USDA forecast calls for increase in crop yields
USDA’s annual Agricultural Outlook Forum, held Feb. 20-21, 2014, at the Crystal Gateway Marriott Hotel in Arlington, VA, started with Chief Economist Joe Glauber issuing the department’s projections for coming year, including forecasts for corn, soybeans, wheat, cotton, sugar and other farm commodities, as well as exports.
The outlook caused corn futures to fall Friday, following the Feb. 20 announcement of bigger crops and lower farm prices, and expectations of a 43 percent rise in corn ending stocks— from 1.4 billion bushels in 2013 to 2.1 billion in 2014.
The forecast, released at USDA’s Outlook Forum, calls for corn farm prices to drop from an average of $4.50 in 2013 to $3.90 in 2014.
USDA is also calling for a sharp reduction in soybean prices, to an average of $9.65 in 2014 from $12.70 in 2013, as ending stocks rise from 150 million bushels to 285 million bushels, the highest level in eight years. Prices for soybean futures rose after release of the report.
While forecasts of planted acres of corn, soybeans and wheat are expected to be down, the forecast calls for higher yields in both corn and soybeans, with the help from Mother Nature’s return to normal.
Reduced plantings of wheat and corn, according to Mark Ash, an economist with the Economic Research Service of USDA, will be partly offset by an increase in soybean acres planted. “Despite a decline in fertilizers costs,” Ash said, “corn should lose acres to soybeans.” USDA predicts that 700,000 fewer wheat acres, 3.4 million fewer corn acres and 3 million more soybean acres will be planted.
Corn yields in 2014 may jump 4.1 percent to produce 13.985 billion bushels, leaving stockpiles on Aug. 31, 2015, at 2.111 billion bushels, the highest since 2005 and 43 percent larger than the 1.481 billion projected for a year earlier, the USDA said.
Total demand for corn is expected to hit a new record of 13.38 bb, with feed use projected at 5.4 bb (up 100 mb), ethanol stable at 5.0 bb, and exports down 50 mb to 1.55 bb. “All these numbers seem reasonable, with the most interesting point being the ethanol estimate implying no revision in the Renewable Fuel Standard coming from EPA,” Darin Newsom, DTN, said.
“Ending stocks for 2014- 15 are seen at a whopping 2.111 bb, the first time the 2.0 bb mark would be crested since 2004-2005, before the beginning of corn’s demand market in 2005-06.
The bottom line, ending stocks-to-use, came in at 15.8 percent, the largest since the 17.5 percent estimated at the end of the 2005-06 marketing year. USDA has average cash price pegged at $3.90, but think about what that means. New-crop cash corn will have to fall to the low $3 area, if not lower, to offset the time spent well above $4.”
Wheat production will increase slightly to 2.16 billion acres, despite lower yields and fewer acres planted, according to USDA.
While wheat ending stocks are not projected to increase, Ash said that reduced domestic demand for feed, coupled with strong competition from foreign sources, would lead to a decline in prices. The outlook calls for wheat prices to average $5.30 this year, down $1.50 from last year.
USDA projects that soybean supplies during the 2014-15 marketing year will reach a record 3.7 billion bushels, up 7 percent from the previous year mostly on higher production.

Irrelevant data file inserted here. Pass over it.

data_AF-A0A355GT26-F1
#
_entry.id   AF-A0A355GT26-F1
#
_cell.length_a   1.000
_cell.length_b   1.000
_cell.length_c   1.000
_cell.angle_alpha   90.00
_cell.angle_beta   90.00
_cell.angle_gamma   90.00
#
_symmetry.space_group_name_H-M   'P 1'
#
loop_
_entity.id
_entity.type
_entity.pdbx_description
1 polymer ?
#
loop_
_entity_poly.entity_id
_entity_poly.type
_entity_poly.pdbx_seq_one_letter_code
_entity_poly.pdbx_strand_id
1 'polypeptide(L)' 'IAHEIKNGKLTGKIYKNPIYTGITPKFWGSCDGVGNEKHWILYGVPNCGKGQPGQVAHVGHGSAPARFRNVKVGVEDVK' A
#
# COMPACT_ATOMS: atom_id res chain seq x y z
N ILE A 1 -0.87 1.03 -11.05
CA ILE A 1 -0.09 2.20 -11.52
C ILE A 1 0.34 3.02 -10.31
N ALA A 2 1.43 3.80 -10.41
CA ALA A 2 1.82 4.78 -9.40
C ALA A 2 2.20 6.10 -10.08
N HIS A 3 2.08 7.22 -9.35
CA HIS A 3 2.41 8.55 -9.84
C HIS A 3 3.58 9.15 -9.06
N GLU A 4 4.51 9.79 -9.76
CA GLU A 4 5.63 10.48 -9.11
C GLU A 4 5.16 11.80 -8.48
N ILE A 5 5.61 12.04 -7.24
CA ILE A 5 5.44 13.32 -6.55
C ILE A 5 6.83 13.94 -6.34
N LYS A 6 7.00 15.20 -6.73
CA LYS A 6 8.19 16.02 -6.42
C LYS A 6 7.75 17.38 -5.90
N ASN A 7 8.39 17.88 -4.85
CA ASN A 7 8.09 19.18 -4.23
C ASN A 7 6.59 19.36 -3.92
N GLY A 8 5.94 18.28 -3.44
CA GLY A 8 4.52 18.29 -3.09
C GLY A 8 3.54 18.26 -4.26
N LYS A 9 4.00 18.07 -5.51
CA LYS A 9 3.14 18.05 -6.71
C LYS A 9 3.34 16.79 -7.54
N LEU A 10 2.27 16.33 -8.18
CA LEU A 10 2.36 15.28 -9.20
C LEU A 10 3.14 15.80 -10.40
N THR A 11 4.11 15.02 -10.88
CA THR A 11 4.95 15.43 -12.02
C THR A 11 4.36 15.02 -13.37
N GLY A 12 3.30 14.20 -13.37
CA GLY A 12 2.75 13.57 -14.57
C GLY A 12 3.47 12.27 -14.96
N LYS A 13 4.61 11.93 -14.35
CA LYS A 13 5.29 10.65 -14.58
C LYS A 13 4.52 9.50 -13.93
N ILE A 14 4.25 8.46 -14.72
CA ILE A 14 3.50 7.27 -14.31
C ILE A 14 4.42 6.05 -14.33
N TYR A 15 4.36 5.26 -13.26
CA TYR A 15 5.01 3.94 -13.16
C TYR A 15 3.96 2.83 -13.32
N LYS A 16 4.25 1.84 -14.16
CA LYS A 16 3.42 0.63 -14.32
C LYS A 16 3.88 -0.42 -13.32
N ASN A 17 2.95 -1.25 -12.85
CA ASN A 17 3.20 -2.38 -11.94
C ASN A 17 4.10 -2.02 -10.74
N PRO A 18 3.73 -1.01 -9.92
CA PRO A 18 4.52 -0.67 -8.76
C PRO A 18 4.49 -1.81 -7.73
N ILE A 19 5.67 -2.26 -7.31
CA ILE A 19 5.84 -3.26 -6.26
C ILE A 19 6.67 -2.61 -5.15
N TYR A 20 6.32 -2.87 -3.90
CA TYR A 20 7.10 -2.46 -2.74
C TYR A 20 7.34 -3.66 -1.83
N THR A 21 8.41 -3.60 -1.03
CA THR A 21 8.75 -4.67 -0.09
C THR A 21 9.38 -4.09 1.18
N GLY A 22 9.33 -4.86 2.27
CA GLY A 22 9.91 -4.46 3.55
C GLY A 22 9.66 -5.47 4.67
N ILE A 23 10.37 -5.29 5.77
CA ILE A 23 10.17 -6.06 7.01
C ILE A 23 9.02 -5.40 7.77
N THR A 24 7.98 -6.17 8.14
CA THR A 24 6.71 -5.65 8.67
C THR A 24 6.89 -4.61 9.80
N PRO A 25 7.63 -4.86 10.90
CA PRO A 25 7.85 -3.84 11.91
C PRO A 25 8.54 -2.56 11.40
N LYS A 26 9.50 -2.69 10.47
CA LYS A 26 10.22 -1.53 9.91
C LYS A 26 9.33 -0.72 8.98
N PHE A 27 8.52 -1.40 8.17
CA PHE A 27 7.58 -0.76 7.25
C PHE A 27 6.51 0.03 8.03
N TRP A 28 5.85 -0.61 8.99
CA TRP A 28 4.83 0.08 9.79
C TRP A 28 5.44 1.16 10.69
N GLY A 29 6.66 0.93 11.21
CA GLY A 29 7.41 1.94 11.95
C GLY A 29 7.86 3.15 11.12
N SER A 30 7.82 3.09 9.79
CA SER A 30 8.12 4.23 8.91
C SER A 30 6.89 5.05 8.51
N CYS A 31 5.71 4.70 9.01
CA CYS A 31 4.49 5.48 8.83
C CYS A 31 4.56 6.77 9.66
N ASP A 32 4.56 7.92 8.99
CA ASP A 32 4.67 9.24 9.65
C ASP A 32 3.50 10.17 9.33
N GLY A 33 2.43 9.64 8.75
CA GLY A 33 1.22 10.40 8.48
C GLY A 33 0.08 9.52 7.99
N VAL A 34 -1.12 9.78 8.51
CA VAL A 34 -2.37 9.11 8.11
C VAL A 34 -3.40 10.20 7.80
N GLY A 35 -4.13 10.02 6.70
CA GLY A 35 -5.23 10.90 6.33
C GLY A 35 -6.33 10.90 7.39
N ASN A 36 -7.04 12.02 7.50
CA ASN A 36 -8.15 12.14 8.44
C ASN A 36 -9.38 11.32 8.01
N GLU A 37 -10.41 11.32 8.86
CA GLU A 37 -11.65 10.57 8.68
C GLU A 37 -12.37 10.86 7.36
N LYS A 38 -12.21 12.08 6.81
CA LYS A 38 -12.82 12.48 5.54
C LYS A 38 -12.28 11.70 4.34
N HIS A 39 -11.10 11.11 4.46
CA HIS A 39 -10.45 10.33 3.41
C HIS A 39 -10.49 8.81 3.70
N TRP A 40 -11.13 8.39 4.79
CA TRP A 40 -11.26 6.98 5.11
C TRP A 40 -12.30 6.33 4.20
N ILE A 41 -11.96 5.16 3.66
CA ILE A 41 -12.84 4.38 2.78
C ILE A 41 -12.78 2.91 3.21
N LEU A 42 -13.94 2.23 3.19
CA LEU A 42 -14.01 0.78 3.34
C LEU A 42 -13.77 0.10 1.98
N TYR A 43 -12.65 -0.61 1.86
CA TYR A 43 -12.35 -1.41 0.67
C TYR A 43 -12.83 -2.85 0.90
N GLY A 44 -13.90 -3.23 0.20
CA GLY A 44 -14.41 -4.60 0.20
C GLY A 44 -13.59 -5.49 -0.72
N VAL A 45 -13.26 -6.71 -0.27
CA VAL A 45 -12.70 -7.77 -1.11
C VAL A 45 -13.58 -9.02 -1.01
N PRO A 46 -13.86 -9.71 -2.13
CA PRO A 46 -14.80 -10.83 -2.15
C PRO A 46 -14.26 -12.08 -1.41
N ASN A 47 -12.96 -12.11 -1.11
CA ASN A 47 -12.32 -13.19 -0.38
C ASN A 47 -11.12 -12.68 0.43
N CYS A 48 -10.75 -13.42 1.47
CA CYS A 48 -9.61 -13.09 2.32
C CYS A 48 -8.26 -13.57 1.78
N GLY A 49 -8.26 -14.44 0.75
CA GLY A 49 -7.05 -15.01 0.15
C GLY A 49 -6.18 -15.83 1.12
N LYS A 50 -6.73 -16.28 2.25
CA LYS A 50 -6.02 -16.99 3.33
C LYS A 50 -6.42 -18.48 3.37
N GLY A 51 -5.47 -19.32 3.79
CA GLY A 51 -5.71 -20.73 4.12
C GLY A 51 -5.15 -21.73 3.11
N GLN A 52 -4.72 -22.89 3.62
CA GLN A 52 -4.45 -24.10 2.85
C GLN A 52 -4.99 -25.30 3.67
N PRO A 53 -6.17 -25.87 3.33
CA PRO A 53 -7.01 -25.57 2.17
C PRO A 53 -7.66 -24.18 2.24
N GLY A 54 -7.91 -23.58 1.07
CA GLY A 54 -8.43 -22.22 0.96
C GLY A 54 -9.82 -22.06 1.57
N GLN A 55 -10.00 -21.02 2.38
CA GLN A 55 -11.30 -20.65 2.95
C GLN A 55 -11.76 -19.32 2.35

Agriculture Secretary Tom Vilsack joined the forum following his trip to drought-stricken California with President Obama to deliver a keynote address on the highlights of the 2012 agricultural census report.
The food price session, moderated by Michael Mc- Connell of Informa Economics, provided a perspective on food price inflation, the main factors that contribute to food price movements, and the implications for consumers in the United States and abroad. ERS Economist Richard Volpe presented the latest outlook for retail food prices, recent trends in food expenditure patterns, and general economy considerations. Another ERS economist, Ron Trostle, discussed the volatility in commodity prices in recent years, and the impacts on food prices. And Keith Wiebe, Senior Research Fellow at the International Food Policy Research Institute (IFPRI), will address the implications of food prices for global food security.
Todd Davis, Senior Economist with the Farm Bureau, moderated a session on farm income. ERS’s Kevin Patrick presented the most recent USDA estimates and forecasts of net farm income and other financial measures for 2014. Economist Jeremy Weber covered various measures of the well-being of farm households.
Also on the panel is Brent Gloy of Purdue University’s Center for Commercial Agriculture, who shared some thoughts on the longer-term outlook for farm income and whether current levels of prosperity are sustainable, focusing on such factors as global economic growth patterns, interest rates, and land values.
Vilsack, in January, announced the selection of 30 college students who won a trip to the forum including 20 university juniors and seniors who were chosen on the basis of their essays on “Agriculture as a Career,” and 10 graduate students who were selected for their response to “The Greatest Challenge Facing Agriculture over the Next Five Years.”
“The future of agriculture and rural America depends on the upcoming generation of leaders in farming, ranching and conservation, and the students selected to attend the Agricultural Outlook Forum are among the best young leaders our country has to offer,” said Vilsack. “Participating in the Agricultural Outlook Forum will expose these students to a variety of perspectives on this country’s most pressing agricultural challenges and lay the groundwork for bright futures in food, fiber and forestry.” — Traci Eatherton, WLJ Editor